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Turquoise beauty

By Victoria Khroundina | August 14, 2015


If you want to get up close and personal with Turkey’s Mediterranean coast there’s no better way to do so than by boat. You can stay in a town such as Fethiye, Kaş, Kalkan or Antalya, and take daily boat trips or, better still, hire your own boat and spend a few uninterrupted days out on the water. This is what we did last weekend and it was nothing short of lush.

Turkey’s western Mediterranean coast, stretching between Marmaris and Antalya, was once the domain of the kings of Lydia. Nicholas Courtney tells the story of Francis Beaufort’s epic 1812 survey of this coastline – which not only put it on the map but sparked a treasure hunt of its classical sites – in Cornucopia 27. It is undoubtedly ‘one of the most dramatic of coastlines’, as Barnaby Rogers wrote (in Cornucopia 10) when he set off in search of the enchantment described by Freya Stark in her seminal work, The Lycian Shore. ‘There are not so many places left where magic reigns without interruption,’ she wrote, ‘and of all those I know, the coast of Lycia was the most magical.’ Sailing around only a fraction of its stunning bays, I concur. There is something mystical in its beauty. 

Sailing away from Fethiye

Our boat, Lilac, rented from Lila Yachting, was very comfortable for six people. The crew, a captain, a cook and another young boy who did odd jobs, were competent. Though the captain was a bit of a grump, the two boys were friendly, respectful and helpful. The chef cooked some of the best food I have tasted in Turkey. His father owns a kebab joint in Gaziantep so cooking is obviously in his blood.

Turunç Pınarı (photo: Turunç Pınarı Restaurant)

We set off late Saturday afternoon from Fethiye’s port. The bright sunshine was gone and the light breeze was most welcome after a scorching hot day. After about 30 minutes we arrived at Turunç Pınarı, a place well-known to sea travellers. The 6,000-square-metre bay is owned by an elderly couple, Osman and Tülay, who also own and run the restaurant and guesthouse on the shore. The natural beauty is almost overwhelming: the mountains are covered in lush greenery, the water is tranquil and crystal clear, the gentle music coming from the restaurant is soothing. After a long swim it was almost time for dinner. That evening the chef, Can, prepared a simple meal of perfectly grilled levrek (sea bass), deniz börülcesi salatası (seaweed salad), fasulye (beans) in a Gaziantep-style spicy sauce, and a few other delicious mezes. We washed it down with Aegean rosé and nibbled on fruit for dessert.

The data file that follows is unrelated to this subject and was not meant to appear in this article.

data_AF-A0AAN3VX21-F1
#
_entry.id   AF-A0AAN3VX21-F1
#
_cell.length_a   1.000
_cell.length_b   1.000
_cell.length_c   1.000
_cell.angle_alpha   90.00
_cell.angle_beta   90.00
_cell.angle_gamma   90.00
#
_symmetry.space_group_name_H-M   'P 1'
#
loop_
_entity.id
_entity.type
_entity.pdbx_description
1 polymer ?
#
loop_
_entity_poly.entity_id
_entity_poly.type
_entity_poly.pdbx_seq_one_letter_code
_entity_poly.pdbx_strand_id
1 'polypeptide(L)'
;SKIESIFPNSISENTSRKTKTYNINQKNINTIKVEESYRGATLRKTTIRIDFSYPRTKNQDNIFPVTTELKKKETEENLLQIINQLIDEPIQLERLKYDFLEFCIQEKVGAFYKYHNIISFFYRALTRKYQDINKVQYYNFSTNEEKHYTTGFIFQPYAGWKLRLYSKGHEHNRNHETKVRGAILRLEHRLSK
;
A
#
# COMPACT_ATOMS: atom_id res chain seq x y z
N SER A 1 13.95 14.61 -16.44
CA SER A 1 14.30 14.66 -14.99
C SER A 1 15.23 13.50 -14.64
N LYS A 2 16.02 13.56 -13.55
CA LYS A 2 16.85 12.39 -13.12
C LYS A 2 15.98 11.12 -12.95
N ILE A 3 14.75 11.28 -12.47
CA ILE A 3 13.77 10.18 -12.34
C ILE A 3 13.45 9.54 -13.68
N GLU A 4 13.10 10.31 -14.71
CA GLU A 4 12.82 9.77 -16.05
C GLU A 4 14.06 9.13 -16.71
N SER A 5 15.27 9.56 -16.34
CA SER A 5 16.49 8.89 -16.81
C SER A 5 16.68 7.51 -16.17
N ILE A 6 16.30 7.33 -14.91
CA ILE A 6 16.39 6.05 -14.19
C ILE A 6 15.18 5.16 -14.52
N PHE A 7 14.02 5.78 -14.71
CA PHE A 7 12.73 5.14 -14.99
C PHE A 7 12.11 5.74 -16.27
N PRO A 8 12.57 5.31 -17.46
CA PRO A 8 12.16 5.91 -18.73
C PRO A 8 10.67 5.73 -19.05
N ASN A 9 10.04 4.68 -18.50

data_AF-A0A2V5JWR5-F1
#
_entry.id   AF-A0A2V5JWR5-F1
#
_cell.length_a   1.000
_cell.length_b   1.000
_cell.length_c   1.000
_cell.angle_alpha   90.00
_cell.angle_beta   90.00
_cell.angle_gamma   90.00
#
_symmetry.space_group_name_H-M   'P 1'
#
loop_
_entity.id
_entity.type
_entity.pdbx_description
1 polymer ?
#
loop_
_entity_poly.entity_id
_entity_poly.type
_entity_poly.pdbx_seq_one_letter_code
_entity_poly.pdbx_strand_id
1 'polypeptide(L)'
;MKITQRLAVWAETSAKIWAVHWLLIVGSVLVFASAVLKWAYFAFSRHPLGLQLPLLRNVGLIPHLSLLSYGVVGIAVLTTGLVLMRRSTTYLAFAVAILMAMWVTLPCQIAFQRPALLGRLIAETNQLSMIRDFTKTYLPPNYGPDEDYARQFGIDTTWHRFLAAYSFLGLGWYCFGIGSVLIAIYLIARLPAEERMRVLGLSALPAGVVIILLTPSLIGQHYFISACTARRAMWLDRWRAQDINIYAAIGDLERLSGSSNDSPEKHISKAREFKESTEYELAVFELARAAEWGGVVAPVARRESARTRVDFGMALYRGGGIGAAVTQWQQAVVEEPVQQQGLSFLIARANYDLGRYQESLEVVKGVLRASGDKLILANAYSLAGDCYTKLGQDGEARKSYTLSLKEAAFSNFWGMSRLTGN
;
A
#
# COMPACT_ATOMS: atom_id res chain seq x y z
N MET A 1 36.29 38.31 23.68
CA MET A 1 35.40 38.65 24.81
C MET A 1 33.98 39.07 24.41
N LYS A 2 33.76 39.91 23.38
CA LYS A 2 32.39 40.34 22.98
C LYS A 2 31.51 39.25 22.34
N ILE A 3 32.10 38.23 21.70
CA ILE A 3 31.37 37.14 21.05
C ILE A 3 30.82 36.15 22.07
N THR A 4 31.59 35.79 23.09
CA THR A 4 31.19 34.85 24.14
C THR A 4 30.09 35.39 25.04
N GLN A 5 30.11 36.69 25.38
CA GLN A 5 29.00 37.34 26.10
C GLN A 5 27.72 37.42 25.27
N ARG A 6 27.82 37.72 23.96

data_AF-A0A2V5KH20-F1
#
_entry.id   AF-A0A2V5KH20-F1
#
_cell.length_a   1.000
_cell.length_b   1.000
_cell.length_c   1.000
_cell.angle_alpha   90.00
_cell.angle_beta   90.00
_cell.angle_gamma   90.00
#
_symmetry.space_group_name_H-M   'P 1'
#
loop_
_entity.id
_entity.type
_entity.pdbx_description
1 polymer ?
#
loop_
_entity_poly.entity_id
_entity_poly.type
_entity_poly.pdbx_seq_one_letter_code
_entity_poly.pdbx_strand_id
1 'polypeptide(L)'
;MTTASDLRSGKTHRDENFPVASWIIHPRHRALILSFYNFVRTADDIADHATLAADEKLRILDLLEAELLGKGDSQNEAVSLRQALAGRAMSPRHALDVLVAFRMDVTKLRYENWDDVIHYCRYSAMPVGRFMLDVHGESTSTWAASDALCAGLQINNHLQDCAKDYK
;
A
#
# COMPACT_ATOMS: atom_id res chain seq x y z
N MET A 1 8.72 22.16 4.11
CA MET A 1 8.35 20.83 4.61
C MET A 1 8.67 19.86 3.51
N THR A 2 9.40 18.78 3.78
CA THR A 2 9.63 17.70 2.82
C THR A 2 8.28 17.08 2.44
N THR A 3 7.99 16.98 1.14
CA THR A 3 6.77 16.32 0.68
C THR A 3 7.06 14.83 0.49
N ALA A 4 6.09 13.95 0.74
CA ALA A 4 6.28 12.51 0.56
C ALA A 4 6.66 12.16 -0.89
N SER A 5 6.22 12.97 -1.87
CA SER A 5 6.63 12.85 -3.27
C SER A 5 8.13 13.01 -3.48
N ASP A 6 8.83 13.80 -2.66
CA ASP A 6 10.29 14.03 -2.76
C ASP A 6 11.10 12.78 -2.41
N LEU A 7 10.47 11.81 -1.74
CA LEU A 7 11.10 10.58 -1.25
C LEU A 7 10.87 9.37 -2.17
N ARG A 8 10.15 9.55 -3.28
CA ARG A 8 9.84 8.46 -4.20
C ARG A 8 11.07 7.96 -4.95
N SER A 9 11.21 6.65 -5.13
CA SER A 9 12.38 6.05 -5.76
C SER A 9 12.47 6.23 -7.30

The next morning we visited a tiny bay nearby for a swim and breakfast. We saw the goat farmer on shore get into his fishing boat and set off, presumably for supplies from a bigger town. Goats in an array of colours – white, brown, black – and sizes stared at us as they chewed their breakfast and we enjoyed ours.

Then it was onto the main event: we were sailing to Manastir (Cleopatra) Koyu, where swimming in the waters could make you look five years younger, or so our 17-year old and 22-year old crew boys (for whom ageing is clearly not a concern) attested. The setting, as these photos show, is nothing short of exquisite. The air is heady with the fragrance of pines, and the see-through water covers Greek monastery ruins. An hour’s hike inland takes you to the ruins of ancient Lydae, featuring tombs, agora foundations, statue remnants, bits of Corinthian columns and inscribed pedestals from the Roman and Byzantine eras. It is rarely visited and would have been worth seeing, but alas we were in our bathing suits and too concerned with swimming and relaxing.